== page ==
A lot of kids’ books rely on humour to keep us interested and the laughs come from both the text and illustrations. We even have joke and riddle books to tickle your funny bone! Some of them are gross-out funny and others are just a gentle giggle, but we’re sure to have something here for any taste.
There are some great picture books that give a laugh sometimes unexpectedly. One of my favourites is Rotten Island by William Steig (you may know him as the author of Shrek). You wouldn’t expect that a book entitled Rotten Island would be funny, but seeing the monsters terrified of a flower takes the reader by surprise.
Some much loved children’s books have words in them or in their titles that we aren’t necessarily comfortable with kids reading. I usually take this as an opportunity to talk about language and how context can make an acceptable word unacceptable and vice versa. Jon Scieszka (the first National Ambassador of Young People’s Literature in the United States) uses the word “stupid” in the title of his collection of stories The Stinky Cheese Man and Other Fairly Stupid Tales. Here it’s his silly take on fairy tales. For a little Canadian content check out Good Families Don’t by Robert Munsch and learn why we shouldn’t ignore things we think are gross.
There are also some great chapter books including the Captain Underpants series by Dav Pilkey (the illustrations and laughs are a great bridge to “big kid” reading), I am not Joey Pigza by Jack Gantos, Diary of a Wimpy Kid by Jeff Kinney, and Frindle by Andrew Clements.
Teen books sometimes use humour to address awkward issues and defuse tense situations. Many of the teen “chick lit” books feature moments that make the characters want to bury their heads in the sand, but we get a laugh out of it. The titles can bring on a smile too: Scrambled Eggs at Midnight and Sleeping Freshman Never Lie both got me giggling and no wonder, they’re meant to be funny books.
“Eddie’s father was killed by dragons. No, actually that’s a lie. He was killed when his submarine exploded. No, actually that’s a lie as well. The absolute truth is that he was killed by aliens and his death was covered up by the government because it didn’t want to frighten anyone. Sorry – but that’s not true either.” So begins Running with the Reservoir Pups by Colin Bateman. Right away you want to know what’s really going on with Eddie’s dad and you can be fairly certain it isn’t anything serious or he wouldn’t be telling such wild lies. A couple other books to check out are Alice I Think by Susan Juby and Gilda Joyce Psychic Investigator by Jennifer Allison, and of course anything by Gordon Korman.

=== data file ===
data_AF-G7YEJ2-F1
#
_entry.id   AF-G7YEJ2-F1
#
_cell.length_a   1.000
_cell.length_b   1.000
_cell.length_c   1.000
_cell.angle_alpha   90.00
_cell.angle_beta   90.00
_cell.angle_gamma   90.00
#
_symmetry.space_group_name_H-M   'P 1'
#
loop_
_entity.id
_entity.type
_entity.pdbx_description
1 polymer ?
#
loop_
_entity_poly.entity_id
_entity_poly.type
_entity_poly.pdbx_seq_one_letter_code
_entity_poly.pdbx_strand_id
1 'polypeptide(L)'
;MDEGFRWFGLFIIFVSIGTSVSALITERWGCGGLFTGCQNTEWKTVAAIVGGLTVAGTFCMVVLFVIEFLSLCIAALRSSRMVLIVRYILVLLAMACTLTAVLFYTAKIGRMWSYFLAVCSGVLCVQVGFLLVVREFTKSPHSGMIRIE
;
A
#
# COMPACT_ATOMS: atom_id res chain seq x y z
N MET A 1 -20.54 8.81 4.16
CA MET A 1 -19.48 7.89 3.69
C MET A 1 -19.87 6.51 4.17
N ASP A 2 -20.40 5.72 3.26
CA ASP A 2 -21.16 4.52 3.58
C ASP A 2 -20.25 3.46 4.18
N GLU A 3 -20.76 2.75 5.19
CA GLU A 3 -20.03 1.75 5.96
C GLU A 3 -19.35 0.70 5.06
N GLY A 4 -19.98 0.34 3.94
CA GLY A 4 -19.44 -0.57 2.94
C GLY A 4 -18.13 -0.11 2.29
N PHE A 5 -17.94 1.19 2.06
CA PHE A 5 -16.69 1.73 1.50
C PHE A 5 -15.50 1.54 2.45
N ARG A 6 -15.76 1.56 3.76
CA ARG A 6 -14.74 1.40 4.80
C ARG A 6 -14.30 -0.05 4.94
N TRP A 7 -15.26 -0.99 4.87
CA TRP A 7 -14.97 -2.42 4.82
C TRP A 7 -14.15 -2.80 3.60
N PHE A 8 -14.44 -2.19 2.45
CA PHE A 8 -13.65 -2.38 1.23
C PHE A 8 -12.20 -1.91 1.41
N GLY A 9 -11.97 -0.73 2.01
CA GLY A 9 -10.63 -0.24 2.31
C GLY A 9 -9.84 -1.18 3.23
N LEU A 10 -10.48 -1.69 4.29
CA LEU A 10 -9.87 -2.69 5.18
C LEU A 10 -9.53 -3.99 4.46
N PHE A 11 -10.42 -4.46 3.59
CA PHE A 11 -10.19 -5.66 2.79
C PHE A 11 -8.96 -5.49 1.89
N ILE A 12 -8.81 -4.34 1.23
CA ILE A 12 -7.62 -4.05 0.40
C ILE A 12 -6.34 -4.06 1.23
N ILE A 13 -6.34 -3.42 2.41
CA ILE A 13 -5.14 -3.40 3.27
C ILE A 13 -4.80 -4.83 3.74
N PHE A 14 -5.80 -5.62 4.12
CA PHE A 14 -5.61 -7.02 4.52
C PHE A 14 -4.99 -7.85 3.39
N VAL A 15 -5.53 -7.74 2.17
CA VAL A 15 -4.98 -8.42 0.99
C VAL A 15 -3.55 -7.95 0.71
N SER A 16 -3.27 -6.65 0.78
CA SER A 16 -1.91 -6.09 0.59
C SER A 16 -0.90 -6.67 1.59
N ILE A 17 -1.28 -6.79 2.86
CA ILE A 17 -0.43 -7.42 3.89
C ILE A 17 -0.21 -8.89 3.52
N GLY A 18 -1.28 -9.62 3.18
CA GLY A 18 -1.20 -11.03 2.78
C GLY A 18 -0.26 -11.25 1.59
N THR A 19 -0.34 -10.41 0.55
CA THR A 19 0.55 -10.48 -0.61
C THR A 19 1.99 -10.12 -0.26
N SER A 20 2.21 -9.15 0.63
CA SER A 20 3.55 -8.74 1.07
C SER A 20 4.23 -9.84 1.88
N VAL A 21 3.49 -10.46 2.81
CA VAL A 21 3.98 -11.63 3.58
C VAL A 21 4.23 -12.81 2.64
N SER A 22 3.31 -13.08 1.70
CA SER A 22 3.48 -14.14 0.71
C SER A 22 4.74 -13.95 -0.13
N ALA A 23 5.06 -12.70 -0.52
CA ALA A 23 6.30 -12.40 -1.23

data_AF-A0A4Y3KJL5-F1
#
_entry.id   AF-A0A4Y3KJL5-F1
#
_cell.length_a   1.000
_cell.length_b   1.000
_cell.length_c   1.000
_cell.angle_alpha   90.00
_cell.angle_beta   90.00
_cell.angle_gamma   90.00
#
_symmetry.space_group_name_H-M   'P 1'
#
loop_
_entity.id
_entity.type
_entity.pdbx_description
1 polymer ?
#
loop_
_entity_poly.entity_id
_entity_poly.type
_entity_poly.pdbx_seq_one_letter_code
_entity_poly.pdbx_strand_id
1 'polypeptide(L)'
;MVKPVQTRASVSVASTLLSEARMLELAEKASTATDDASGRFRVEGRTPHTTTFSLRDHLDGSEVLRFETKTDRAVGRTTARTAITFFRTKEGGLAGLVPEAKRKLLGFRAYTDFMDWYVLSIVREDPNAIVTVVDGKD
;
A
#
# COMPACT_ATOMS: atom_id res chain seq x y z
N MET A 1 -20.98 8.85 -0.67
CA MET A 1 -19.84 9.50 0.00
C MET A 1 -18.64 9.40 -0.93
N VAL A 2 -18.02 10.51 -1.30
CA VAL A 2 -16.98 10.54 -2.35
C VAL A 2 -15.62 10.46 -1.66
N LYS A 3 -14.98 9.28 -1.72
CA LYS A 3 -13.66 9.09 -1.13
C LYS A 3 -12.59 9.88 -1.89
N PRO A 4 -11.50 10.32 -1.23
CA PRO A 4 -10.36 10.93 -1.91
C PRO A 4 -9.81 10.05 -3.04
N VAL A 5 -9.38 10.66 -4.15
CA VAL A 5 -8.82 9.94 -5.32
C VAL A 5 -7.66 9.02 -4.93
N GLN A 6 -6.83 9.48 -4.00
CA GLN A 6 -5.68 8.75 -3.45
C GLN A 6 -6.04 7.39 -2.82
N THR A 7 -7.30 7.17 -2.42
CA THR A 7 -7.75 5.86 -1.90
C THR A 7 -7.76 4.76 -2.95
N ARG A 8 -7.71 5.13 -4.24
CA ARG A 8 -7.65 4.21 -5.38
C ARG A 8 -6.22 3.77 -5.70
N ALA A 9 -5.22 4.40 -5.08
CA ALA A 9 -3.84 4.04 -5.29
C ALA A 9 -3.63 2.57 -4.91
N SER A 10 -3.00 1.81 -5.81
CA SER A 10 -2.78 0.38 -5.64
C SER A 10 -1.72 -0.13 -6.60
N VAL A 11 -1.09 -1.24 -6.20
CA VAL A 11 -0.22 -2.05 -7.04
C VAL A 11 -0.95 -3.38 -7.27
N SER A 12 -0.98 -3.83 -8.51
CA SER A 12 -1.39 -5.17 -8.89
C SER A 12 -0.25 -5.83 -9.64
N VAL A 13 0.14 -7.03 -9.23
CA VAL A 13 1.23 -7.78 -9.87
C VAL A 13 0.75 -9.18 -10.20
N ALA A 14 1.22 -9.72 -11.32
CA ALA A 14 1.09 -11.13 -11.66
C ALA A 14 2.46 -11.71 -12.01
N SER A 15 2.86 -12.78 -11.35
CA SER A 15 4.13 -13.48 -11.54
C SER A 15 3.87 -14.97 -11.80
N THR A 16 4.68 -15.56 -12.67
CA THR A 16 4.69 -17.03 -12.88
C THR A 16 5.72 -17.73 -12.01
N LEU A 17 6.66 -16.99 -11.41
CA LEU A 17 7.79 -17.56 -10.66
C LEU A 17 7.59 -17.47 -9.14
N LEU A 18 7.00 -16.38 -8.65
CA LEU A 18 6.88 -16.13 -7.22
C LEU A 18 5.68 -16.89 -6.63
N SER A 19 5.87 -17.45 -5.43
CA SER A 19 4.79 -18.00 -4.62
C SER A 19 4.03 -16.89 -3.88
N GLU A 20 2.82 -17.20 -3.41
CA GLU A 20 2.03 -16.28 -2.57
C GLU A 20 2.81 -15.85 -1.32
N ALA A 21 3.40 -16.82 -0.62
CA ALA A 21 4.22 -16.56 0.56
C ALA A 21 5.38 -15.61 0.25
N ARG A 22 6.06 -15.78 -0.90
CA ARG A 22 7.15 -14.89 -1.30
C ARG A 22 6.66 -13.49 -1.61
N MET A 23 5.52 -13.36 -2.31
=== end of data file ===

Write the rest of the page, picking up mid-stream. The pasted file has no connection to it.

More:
Yes, in keeping with the theme of laughter and silliness I’m not using a proper word for those who are no longer teens. Even if you’re all growed up you can still enjoy a laugh and probably need it more!
We Canadians like to think of ourselves as a funny people so I thought I’d take the opportunity to highlight some of our homegrown talent. Did you know we had all of these books to brighten your day?
Why I Hate Canadians by Will Ferguson
Black and White and Read All Over by Arthur Black
Rick Mercer Report: The Book by Rick Mercer
Your Call is Important to Us: The Truth About Bullshit by Laura Penny
Dear Sad Goat: A Roundup of Truly Canadian Tales and Letters compiled by Bill Richardson
Baby is a Four Letter Word: Surviving the First Two Years of Parenthood by Dorianne Sager
Vinyl Café Diaries by Stuart McLean
When I started the adult list I wasn’t sure how much I would find. Visions of quick summer reads danced in my head and then I found far more than I expected. My summer “to read” list has grown exponentially putting this column together, and I hope yours has too!